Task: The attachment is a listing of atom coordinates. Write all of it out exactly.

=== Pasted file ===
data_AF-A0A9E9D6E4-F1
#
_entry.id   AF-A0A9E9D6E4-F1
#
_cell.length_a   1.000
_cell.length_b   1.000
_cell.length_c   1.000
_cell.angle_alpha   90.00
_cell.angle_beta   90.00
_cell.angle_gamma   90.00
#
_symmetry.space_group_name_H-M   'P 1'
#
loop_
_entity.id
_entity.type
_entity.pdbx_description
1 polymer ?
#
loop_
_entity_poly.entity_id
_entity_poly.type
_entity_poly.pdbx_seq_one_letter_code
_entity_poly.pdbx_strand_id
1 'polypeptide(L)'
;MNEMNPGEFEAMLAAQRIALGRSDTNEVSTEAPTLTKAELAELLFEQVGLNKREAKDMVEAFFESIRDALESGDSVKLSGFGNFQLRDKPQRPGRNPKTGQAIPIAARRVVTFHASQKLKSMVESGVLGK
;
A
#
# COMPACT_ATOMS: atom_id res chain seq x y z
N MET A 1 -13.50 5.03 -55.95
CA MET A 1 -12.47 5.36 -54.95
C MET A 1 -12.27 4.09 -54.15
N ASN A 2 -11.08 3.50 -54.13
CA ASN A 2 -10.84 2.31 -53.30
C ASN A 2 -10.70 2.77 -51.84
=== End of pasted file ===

data_AF-A0A9E9D6E4-F1
#
_entry.id   AF-A0A9E9D6E4-F1
#
_cell.length_a   1.000
_cell.length_b   1.000
_cell.length_c   1.000
_cell.angle_alpha   90.00
_cell.angle_beta   90.00
_cell.angle_gamma   90.00
#
_symmetry.space_group_name_H-M   'P 1'
#
loop_
_entity.id
_entity.type
_entity.pdbx_description
1 polymer ?
#
loop_
_entity_poly.entity_id
_entity_poly.type
_entity_poly.pdbx_seq_one_letter_code
_entity_poly.pdbx_strand_id
1 'polypeptide(L)'
;MNEMNPGEFEAMLAAQRIALGRSDTNEVSTEAPTLTKAELAELLFEQVGLNKREAKDMVEAFFESIRDALESGDSVKLSGFGNFQLRDKPQRPGRNPKTGQAIPIAARRVVTFHASQKLKSMVESGVLGK
;
A
#
# COMPACT_ATOMS: atom_id res chain seq x y z
N MET A 1 -13.50 5.03 -55.95
CA MET A 1 -12.47 5.36 -54.95
C MET A 1 -12.27 4.09 -54.15
N ASN A 2 -11.08 3.50 -54.13
CA ASN A 2 -10.84 2.31 -53.30
C ASN A 2 -10.70 2.77 -51.84